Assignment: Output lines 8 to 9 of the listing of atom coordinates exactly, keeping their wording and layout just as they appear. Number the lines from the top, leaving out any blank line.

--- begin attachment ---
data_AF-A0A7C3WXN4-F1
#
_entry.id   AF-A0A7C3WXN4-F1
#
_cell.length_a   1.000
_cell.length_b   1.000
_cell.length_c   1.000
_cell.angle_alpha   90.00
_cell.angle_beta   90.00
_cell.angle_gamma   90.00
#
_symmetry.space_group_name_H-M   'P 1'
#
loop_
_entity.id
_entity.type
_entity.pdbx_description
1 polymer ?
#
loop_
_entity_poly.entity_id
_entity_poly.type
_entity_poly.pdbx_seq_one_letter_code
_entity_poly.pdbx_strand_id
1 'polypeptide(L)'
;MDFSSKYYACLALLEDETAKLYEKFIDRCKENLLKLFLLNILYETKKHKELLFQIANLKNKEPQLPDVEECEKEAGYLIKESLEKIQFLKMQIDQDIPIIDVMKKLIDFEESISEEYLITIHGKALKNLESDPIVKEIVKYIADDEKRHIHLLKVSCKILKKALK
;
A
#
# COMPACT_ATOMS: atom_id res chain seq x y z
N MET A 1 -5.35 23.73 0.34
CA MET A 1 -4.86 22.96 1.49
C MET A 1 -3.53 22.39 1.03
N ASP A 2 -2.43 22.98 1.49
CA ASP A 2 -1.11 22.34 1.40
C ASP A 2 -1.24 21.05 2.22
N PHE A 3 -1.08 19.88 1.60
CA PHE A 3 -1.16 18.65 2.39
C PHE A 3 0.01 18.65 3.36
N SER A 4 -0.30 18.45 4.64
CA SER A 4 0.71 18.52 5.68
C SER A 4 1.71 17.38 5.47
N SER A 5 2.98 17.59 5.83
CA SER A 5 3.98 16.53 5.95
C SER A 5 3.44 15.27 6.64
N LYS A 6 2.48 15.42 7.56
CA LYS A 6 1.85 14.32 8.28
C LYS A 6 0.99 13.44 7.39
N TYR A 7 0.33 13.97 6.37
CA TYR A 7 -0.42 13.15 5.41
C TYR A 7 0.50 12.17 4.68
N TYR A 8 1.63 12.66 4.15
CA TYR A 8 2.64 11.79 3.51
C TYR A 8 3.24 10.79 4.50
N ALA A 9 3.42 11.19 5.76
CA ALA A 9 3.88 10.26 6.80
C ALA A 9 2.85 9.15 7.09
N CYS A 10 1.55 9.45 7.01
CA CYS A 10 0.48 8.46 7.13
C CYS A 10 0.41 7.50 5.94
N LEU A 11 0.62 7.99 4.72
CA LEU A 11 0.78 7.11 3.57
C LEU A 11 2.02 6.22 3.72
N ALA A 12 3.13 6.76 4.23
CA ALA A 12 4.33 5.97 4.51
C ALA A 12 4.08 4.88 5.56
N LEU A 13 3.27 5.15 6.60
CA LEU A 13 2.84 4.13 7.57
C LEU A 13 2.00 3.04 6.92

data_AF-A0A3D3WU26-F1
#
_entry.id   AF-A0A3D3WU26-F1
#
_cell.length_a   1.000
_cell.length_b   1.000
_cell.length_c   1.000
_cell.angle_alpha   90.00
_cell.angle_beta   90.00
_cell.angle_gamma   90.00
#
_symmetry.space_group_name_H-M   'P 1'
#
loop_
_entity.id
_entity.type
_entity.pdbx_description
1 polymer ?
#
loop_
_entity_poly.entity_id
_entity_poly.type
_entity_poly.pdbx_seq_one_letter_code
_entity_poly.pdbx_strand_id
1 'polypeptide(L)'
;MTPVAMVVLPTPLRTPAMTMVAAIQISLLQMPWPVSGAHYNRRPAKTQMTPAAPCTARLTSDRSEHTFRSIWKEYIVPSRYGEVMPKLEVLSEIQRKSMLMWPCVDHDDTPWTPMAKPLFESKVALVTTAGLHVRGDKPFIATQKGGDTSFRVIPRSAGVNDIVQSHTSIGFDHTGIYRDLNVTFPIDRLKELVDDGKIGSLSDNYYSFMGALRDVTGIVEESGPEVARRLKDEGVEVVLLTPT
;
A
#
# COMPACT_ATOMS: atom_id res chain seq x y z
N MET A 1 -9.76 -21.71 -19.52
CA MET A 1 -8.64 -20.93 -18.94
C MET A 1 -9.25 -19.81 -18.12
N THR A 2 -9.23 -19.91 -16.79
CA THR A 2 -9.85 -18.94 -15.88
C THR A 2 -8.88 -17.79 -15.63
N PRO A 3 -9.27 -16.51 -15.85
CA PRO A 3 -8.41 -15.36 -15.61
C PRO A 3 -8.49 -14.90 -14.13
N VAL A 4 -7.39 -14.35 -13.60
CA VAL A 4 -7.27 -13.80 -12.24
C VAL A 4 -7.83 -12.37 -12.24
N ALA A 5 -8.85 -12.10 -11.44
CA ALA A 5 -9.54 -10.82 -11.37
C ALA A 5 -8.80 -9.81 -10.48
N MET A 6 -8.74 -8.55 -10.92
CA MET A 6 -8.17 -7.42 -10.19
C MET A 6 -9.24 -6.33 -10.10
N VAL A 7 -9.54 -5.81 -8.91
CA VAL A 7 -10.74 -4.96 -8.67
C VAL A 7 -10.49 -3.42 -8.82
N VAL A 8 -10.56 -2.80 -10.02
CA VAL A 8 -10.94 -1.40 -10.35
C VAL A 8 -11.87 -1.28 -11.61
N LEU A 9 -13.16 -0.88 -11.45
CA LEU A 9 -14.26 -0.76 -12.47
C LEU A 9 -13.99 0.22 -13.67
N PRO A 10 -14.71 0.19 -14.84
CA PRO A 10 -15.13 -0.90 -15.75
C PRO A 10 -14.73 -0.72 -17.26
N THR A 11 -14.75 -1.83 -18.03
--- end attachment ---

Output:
_cell.angle_alpha   90.00
_cell.angle_beta   90.00